There are always a few surprises when the final list of college underclassmen declaring for the NFL draft is released.
A late addition Tuesday night from the SEC was South Carolina receiver/return specialist Ace Sanders, who had a change of heart and decided to enter the draft.
All players have until Friday to change their minds as long as they don’t enter into an agreement with an agent. Sanders’ decision to turn pro brings the total number of SEC players leaving early this year to a whopping 33.
It’s always a gamble when a player in Sanders’ position gives up his senior season. He’s not going to be a first-rounder, and there’s no guarantee that he'll go in the top three rounds.
That’s not a slight because Sanders is a super player and an explosive game-changer with his ability to return punts and make things happen after the catch. But he’s also 5-foot-8, and those guys as a rule don’t go very high in the draft.
He was so dynamic in the Outback Bowl with his three touchdowns that maybe he decided that he wasn’t going to get any hotter and the time was right to take his shot at the NFL. Moreover, watching teammate Marcus Lattimore go down with knee injuries in back-to-back seasons also had to have an effect.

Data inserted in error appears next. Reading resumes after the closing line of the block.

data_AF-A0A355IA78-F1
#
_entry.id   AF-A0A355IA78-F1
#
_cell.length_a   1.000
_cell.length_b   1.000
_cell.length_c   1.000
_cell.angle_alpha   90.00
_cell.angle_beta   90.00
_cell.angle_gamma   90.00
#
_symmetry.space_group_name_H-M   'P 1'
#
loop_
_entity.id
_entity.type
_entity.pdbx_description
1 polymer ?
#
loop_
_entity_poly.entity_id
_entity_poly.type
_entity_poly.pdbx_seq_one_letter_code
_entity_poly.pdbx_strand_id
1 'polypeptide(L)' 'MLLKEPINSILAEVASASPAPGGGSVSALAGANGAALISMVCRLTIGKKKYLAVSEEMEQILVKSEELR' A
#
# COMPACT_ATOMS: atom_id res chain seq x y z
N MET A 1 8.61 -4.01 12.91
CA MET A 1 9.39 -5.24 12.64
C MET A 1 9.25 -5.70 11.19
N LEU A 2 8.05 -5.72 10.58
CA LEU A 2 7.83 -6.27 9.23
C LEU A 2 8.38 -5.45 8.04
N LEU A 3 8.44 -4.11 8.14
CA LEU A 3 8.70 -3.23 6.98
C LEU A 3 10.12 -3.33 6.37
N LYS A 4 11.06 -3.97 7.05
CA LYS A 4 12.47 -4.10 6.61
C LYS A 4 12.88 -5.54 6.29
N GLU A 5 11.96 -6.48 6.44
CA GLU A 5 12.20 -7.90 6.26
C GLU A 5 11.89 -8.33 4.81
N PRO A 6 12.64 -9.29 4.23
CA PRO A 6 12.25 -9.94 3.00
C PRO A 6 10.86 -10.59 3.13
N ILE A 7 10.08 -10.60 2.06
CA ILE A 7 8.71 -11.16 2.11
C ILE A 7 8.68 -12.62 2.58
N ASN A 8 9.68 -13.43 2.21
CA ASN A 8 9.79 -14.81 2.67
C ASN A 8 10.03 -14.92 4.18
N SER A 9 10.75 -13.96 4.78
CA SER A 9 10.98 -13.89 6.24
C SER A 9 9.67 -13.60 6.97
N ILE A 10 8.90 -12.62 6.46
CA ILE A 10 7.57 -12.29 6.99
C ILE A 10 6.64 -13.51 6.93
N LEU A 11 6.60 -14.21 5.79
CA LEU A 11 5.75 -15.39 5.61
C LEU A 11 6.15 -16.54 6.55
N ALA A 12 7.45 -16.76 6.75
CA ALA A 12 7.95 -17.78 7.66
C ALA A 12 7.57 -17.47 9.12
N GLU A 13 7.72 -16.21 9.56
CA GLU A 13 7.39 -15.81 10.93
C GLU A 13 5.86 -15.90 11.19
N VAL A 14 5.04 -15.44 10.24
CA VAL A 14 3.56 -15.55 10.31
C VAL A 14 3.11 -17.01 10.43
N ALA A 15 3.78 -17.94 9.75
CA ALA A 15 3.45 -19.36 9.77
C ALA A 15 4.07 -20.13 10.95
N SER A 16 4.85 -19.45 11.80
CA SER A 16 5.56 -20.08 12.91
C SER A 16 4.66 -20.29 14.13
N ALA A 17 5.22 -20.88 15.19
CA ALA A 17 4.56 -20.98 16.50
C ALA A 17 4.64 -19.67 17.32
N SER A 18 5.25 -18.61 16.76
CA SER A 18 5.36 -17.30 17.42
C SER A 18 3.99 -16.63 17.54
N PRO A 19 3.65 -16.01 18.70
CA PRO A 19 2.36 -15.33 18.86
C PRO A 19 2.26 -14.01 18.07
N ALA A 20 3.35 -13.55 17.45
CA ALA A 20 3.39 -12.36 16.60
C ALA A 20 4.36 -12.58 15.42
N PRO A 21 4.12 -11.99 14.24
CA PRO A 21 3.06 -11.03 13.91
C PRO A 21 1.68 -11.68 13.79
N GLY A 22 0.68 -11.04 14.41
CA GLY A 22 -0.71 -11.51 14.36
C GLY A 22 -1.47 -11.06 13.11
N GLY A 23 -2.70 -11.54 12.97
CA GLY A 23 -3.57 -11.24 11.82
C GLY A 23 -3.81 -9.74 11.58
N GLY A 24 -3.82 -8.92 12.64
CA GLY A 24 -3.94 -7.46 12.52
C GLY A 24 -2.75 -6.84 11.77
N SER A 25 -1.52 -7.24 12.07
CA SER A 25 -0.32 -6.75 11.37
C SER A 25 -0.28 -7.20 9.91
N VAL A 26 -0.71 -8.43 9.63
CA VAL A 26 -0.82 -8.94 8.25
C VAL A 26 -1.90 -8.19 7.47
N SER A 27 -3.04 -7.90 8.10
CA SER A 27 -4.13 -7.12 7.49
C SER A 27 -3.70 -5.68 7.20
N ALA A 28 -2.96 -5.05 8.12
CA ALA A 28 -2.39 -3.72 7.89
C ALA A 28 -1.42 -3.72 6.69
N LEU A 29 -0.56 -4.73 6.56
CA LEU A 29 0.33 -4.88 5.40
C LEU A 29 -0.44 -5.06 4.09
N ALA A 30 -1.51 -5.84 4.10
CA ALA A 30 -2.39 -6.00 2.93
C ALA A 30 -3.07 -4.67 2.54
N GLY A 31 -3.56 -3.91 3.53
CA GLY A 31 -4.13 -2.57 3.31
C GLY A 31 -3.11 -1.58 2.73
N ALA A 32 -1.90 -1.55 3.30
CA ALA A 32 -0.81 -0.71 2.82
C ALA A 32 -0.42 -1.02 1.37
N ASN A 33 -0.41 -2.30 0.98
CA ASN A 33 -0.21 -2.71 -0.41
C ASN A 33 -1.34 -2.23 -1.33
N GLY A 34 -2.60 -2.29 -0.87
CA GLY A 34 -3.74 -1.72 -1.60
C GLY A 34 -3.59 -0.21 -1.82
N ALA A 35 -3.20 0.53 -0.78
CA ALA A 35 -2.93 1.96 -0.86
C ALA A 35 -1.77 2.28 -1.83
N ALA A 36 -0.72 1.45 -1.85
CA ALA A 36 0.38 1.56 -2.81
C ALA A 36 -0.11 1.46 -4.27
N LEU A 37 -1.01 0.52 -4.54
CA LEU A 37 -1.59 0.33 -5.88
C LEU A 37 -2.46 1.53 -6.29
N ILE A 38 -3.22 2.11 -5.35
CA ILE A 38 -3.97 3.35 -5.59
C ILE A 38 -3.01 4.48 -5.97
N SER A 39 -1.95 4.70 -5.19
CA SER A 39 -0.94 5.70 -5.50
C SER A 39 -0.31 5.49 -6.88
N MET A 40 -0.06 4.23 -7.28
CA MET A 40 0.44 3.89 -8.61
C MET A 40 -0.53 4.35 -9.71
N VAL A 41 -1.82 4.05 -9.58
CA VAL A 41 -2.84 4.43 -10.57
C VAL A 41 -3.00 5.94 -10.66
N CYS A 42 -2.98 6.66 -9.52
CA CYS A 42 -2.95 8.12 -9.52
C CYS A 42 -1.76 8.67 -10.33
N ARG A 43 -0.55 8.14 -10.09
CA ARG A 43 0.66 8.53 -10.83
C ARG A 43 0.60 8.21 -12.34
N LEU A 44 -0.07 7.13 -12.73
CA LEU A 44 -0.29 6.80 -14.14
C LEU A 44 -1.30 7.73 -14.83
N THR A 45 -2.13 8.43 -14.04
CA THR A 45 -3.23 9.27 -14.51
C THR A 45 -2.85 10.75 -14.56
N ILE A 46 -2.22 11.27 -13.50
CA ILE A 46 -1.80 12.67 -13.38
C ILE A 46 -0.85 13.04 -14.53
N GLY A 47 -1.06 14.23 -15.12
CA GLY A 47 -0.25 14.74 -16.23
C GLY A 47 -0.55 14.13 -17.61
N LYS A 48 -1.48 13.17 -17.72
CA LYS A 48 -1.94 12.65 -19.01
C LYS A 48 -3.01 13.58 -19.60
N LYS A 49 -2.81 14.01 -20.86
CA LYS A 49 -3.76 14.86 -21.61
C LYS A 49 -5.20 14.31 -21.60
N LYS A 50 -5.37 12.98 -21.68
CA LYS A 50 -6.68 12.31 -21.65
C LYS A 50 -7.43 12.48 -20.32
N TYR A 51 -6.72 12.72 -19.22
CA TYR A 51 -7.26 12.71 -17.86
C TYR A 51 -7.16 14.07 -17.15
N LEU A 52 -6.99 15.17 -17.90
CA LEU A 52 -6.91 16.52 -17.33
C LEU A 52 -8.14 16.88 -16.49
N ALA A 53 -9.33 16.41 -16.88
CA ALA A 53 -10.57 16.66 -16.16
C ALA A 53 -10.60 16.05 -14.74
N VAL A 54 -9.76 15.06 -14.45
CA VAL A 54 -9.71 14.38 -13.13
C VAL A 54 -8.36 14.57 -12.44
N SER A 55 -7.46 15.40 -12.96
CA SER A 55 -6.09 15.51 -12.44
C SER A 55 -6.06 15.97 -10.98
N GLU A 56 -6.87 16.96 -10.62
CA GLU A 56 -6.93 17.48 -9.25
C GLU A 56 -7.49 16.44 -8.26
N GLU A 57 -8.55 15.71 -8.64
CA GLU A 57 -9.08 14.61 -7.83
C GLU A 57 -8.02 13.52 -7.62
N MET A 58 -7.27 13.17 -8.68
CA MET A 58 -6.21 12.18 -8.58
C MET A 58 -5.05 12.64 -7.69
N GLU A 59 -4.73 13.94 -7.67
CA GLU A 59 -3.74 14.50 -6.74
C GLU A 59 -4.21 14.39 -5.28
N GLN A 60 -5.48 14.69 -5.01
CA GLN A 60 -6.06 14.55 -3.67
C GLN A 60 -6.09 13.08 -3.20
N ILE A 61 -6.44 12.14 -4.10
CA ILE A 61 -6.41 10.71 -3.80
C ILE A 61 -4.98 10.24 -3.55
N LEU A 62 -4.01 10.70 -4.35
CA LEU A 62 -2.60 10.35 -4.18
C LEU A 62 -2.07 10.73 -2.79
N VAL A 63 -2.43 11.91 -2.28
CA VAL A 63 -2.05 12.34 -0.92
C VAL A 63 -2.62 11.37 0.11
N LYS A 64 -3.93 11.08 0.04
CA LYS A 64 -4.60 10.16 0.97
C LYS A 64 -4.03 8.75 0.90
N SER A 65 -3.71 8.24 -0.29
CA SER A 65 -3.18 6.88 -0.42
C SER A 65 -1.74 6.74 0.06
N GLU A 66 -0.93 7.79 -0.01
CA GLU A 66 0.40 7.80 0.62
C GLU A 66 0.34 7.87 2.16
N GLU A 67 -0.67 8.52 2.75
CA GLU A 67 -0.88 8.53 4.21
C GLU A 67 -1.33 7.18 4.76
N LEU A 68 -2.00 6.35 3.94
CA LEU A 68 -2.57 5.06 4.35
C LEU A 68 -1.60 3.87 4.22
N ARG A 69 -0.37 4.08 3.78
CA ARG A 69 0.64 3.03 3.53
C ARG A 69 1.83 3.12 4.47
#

Either way, here’s hoping that Sanders is getting good advice and listening to the right people because he would have been one of the top 10 or 12 players in the SEC next season.
His departure is a bummer for the Gamecocks, too. With Sanders back, that offense had a chance to be as explosive as it’s ever been under Steve Spurrier. It still should be very good, but replacing Sanders won’t be easy.
The thing he does best is find the end zone. He scored 11 touchdowns this past season, including two on punt returns, and those guys are invaluable.
From a selfish standpoint, I’ll miss watching him play. He was easily one of the most entertaining players in the SEC and always a treat to interview after games.
We’re not supposed to have favorites in our business, but it was hard not to like Sanders and the way he played the game.
I just hope this decision is the right one for him.
One thing we've learned about Sanders is that he revels in proving people wrong. A product of Bradenton, Fla., he was overlooked by Florida and Florida State during the recruiting process because of his size.
Obviously, he wasn't too small to play in the SEC, and regardless of where he does go in the draft, here's betting he won't be too small to play in the NFL, either.